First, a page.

How To Repair Exterior Trim

By Robert Robillard on Home Repairs And Remodeling

Today was rot replacement day.

I thought that these pictures would be a good example to use to explain the proper way to splice exterior trim, in this case a corner board.

As you can see on the left my nail punch is sticking out of the corner board indicating rot.

For the best appearance, trim, and moldings should run in one continuous strip without joints. When the area to cover is longer than your trim or molding, a joint is necessary.

I will advocate replacing the entire corner board or at least replacing it back to an existing joint but depending on the budget, and what the customer specifies it sometimes is necessary to install a joint.

The key is to make that joint as invisible as possible.

I feel that the best exterior joint is the scarf joint.

My reasons for using a scarf joint more than aesthetics – the repair does look and blends better but more importantly, it’s a better fix and lasts longer = longevity.

The scarf joint is alot in trim carpentry inside and out. It is used when the material being joined is not available in the length required. It provides greater surface area to glue two trim boards, and provides for a less visible joint.

NOTE – A joint is a place for water to enter. If water enters rots and ants will follow.

In the photo above I am using a speed square to keep my Fein Multimaster cutting tool at a consistent 45 degree angle.

The top portion of the trim always gets cut up and back. This is super important to keep water from entering the joint and getting behind the trim.

The bottom board is cut on the miter saw. Leave it long until you get a tight joint, you may need to adjust the angle on the miter saw to get the scarf joint tight.

Once tight prime the end grain and install some caulking in the joint before nailing it off. Place two nails an inch above the joint on the upper board to squeeze the boards tight.

Painted scarf joints are easy to conceal, but they still require careful installation and sanding. Paint is merely a finishing coat, not a cure for a poor fit.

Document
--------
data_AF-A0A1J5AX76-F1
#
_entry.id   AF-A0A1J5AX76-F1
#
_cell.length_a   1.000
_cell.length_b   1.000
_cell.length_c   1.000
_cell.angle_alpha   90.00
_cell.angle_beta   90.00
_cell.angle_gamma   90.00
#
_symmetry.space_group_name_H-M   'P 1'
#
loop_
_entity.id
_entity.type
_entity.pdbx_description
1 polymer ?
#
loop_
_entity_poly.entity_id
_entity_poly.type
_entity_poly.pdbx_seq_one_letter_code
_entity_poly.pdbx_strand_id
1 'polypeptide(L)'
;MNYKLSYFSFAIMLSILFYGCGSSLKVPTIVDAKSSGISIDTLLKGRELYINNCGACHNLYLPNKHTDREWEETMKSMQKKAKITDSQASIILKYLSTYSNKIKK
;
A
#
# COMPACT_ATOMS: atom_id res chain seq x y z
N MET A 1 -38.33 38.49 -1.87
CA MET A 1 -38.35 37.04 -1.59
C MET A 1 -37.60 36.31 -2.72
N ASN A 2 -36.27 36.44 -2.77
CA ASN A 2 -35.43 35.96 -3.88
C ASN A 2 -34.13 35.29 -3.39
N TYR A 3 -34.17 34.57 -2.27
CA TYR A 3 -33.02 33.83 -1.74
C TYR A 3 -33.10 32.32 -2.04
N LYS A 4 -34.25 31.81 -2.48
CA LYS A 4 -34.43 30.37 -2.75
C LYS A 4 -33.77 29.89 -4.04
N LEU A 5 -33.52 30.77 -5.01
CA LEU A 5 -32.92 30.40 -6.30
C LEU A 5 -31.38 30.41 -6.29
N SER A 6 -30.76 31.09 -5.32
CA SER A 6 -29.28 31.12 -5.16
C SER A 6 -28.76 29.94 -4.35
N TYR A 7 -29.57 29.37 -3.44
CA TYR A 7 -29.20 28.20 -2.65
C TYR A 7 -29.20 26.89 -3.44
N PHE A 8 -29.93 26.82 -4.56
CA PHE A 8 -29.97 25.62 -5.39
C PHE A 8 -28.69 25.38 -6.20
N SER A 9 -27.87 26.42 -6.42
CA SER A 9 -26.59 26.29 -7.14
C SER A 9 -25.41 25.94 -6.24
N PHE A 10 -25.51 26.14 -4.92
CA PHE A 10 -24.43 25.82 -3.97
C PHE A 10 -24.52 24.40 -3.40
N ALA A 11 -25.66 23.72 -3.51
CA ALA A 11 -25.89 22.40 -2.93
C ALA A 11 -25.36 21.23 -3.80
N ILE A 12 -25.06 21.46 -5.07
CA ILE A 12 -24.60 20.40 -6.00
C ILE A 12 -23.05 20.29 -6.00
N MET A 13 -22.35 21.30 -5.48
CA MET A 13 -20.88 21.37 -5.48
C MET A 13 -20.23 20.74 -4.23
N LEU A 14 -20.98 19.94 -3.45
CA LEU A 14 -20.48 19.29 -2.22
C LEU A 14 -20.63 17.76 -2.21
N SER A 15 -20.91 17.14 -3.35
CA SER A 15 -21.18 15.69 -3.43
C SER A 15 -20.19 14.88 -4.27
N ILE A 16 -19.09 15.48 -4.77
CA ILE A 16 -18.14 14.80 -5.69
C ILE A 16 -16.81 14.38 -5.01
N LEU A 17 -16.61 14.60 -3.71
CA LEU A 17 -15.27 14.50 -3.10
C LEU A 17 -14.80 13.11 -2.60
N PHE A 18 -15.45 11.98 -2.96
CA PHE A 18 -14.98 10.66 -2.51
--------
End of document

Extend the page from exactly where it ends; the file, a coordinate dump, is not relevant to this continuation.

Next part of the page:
The drawing below shows why it’s important to cut the “exterior” scarf joint properly. [Click to enlarge]

When repairing trim try to think of how water drains using gravity. As water runs down the side of the house you do not want a joint that angled up.

The far left drawing shows a proper exterior scarf joint. Water will run down and over the joint.

The drawing on the right shows an improper exterior scarf joint. Water will run down and into the joint.

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About the author

Robert Robillard

Carpenter / Remodeler / Editor

Rob Robillard is “The Concord Carpenter” Rob is a builder, general contractor, carpenter, woodworker, and editor of Concord Carpenter and ToolBoxBuzz As a General Contractor and carpenter, Rob owns and operates Concord Carpenter LLC. A full-service remodeling and construction company. Rob is a recognized leader in home building best practices and a source for how-to information for building professionals. On this website, Rob covers all aspects of home construction, building science, home improvement, woodworking, remodeling, and some of the best product and tool reviews. Rob is in charge of our Tool and Product Review series - Concord Carpenter Videos where we post all of our tool reviews and video tutorials. Rob approaches remodeling and building construction with a pragmatic and problem-solving approach. He enjoys using his knowledge and experience to help and educate building professionals as well as DIYers on best practices in the construction and remodeling industry. He's a strong advocate for "raising the bar" in the construction trades and promoting the trades to youth. #BeAMentor #Green2Great Craftsmanship, quality, and pride guide his journey on this channel The Concord Carpenter's motto: "Well done is better than well said!" : Read more about Rob

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